Over the past year at Second Nature I’ve been coordinating the “Higher Education Adaptation Committee” – a group of college and university administrators, climate scientists, sustainability professionals and educators exploring higher education’s role and responsibility in ensuring that society is prepared to weather the storms of climate change.
On Monday at the Smart and Sustainable Campuses Conference at the University of Maryland, I co-facilitated a session on this topic with David Caruso, President of Antioch University New England (who serves on the Adaptation Committee).
It proved to be a timely event. On the day of the session, temperatures in New Hampshire were expected to reach the 90s (in April!). It’s been a warm spring all over the northeastern US. And it was a warm winter. Not really a winter at all in many places. Here, the mild weather doesn’t feel all that bad. But if you understand the implications of climate disruption, it’s pretty horrifying.
I won’t run through the usual list of climate impacts – but here are just a few of recent headlines:
- Drought Expands Throughout US
- Drought, Flooding And ‘Multiple, Combined Outbreaks’ Of Pests Threaten To Reduce Asian Agricultural Output 50%
- Hansen et al.: "Extreme Heat Waves... in Texas and Oklahoma in 2011 and Moscow in 2010 Were 'Caused' by Global Warming"
- Is Climate Change Bringing the Arctic to Europe?
- Arctic Warming Favors Extreme, Prolonged Weather Events
The following video does a great job of explaining how increases in the global average temperatures (global warming) drives all kinds of complex climactic changes - what's become known as "global weirding":
On May 5, 2012, the global network of concerned citizens under the 350.org banner will be “connecting the dots” between these impacts of climate change and what they represent in terms of economic damage, ecological destruction and human suffering.
To minimize this damage, we need to continue to create better ways of doing things. We need to eliminate our greenhouse gas emissions and land-use changes that are driving climate change.
We also have a moral obligation to prepare our society the best we can for the impacts of climate change that are already happening and will continue to happen based on changes already “locked in” from past emissions.
Higher education has a particularly critical role - and responsibility - with regard to climate preparedness, which brings me back to our conference session:
I provided a quick overview of the Adaptation Committee’s work and the report we published in November – Higher Education’s Role in Adapting to a Changing Climate – which provides a high-level look at what colleges and university are and should be doing through education, research, community engagement, and campus operations to prepare society for the impacts of climate disruption.
Dr. Caruso spoke about the role of presidents and senior administrators in this process – emphasizing the need to engage governing boards in the process. He also provided compelling examples about how Antioch is weaving climate mitigation and adaptation through cross cutting activities that encompass curriculum, research, campus operations, and community engagement.
With the average tenure of a college president around five years, it’s important to ensure continuity and long-term commitment via the trustees. In most cases, it will likely require a few years of persistent and skillful leadership from the president to really integrate this understanding and perspective throughout the Board. But Trustees need to understand the risks climate change poses to their campus – they have the fiduciary responsibility for the institution. If they don’t understand these risks, they aren’t fulfilling that responsibility.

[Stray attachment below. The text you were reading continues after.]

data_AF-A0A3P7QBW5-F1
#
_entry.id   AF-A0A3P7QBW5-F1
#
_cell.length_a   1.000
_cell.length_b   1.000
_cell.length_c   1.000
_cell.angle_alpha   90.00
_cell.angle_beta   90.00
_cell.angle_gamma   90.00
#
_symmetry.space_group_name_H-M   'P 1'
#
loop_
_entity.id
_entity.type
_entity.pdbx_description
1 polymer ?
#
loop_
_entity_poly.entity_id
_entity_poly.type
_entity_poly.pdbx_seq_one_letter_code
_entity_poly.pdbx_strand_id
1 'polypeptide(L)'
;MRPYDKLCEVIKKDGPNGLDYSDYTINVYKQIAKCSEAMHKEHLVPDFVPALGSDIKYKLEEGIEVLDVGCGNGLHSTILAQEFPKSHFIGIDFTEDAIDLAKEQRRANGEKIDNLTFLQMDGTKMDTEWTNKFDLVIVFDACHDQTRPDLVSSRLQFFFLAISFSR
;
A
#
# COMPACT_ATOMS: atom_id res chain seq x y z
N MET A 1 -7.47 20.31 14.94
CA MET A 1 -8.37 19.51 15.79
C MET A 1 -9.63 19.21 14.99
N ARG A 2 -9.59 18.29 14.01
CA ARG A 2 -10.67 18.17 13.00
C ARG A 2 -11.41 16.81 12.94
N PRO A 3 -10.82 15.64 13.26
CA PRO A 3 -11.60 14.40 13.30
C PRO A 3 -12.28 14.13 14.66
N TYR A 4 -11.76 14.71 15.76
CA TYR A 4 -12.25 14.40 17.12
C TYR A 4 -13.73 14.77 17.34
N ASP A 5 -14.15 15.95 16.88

The economic damages to campuses from stemming from climate impacts can be enormous (for example, see "Learning from Disaster" (pdf) - a report by UNCF on the impacts of Hurricane Katrina). More important than the costs, they pose serious health and safety risks to the students, faculty and staff. These could be direct impacts from extreme weather events on campus, or indirect from disruptions to agricultural production, supply chains, or critical infrastructure.
Beyond the responsibility to their own campuses and constituents, colleges and universities have a responsibility to all of society to provide the education and research needed to prepare for climate impacts.
During our session, we engaged the group in a dialogue about what was happening on their campuses, and around ways to teach students in all disciplines not just about climate adaptation, but for adaptation – so that it’s not just climate scientists and ecologists who understand the importance of adapting to these changes, but also economists, policy-makers, city planners, journalists, teachers, and so on.
We spoke about how low-income communities and communities of color are often more vulnerable in the face of climate impacts, and are often hit “first and worst” by them. This dynamics brings up important social justice issues that must be front-of-mind in this work.
While many universities are conducting important research to help communities in their regions understand the expected impacts and how to respond to them, more comprehensive approaches are needed to ensure the level of response that this challenge demands.
On the bright side, a recent poll shows that most Americans link these extreme weather events to global warming, and intuitively understand - at least to some degree - the risks. It's on all of us to ensure that we translate that understanding into action so we are as prepared as possible to minimize the damage and hardship.